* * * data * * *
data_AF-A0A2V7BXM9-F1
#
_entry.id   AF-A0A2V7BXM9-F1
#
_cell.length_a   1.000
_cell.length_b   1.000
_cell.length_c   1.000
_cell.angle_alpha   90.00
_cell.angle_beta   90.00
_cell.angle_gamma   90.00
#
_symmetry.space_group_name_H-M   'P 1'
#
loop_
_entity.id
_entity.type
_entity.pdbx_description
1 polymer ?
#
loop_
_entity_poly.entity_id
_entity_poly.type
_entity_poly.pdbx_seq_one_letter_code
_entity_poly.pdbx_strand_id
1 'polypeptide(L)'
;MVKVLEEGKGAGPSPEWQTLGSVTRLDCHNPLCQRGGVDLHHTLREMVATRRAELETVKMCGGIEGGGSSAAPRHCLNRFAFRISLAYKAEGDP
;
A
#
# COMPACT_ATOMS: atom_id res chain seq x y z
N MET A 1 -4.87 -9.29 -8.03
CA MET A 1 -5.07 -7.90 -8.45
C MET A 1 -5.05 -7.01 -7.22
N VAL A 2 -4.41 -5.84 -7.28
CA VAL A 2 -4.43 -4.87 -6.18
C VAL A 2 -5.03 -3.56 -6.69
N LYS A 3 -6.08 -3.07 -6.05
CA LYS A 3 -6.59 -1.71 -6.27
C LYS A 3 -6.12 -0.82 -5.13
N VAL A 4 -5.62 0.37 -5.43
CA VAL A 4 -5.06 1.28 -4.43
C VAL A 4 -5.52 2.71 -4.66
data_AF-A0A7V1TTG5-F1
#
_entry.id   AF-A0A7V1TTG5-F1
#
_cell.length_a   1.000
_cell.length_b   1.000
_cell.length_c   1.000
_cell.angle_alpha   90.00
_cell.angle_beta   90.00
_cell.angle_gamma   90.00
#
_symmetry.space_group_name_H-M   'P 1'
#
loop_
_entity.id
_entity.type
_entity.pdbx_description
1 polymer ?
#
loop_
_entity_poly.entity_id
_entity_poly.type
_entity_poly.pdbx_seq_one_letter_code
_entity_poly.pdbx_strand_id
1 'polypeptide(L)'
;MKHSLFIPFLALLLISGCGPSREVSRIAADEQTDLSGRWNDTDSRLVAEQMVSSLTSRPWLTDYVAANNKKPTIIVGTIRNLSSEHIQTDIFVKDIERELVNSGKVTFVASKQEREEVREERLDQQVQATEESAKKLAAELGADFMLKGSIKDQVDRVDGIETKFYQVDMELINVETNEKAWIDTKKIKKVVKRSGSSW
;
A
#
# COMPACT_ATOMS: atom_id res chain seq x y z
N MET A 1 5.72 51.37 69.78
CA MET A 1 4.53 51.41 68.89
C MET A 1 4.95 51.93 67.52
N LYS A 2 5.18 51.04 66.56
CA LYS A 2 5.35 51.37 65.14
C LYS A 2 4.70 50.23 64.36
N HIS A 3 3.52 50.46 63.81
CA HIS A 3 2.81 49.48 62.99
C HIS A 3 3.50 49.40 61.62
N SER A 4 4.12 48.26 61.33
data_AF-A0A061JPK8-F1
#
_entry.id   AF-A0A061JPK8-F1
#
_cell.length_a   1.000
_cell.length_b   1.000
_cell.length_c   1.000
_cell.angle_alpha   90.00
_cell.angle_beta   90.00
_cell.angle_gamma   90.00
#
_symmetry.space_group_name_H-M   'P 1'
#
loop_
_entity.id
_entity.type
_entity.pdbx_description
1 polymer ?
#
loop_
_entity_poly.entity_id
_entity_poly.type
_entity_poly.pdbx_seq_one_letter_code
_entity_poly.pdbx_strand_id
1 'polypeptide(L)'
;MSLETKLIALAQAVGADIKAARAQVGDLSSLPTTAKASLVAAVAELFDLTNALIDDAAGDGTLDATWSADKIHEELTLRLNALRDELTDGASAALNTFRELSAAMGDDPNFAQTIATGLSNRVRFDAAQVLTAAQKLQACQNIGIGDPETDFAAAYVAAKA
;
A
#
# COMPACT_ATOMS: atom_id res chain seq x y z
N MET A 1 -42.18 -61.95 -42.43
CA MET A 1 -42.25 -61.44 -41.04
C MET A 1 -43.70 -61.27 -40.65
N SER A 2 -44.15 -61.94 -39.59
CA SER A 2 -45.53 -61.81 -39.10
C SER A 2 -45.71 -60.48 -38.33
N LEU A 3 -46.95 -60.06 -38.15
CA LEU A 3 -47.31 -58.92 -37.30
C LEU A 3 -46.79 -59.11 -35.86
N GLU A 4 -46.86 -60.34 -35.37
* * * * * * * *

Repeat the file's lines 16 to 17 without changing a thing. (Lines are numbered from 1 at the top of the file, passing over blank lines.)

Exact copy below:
_entity.type
_entity.pdbx_description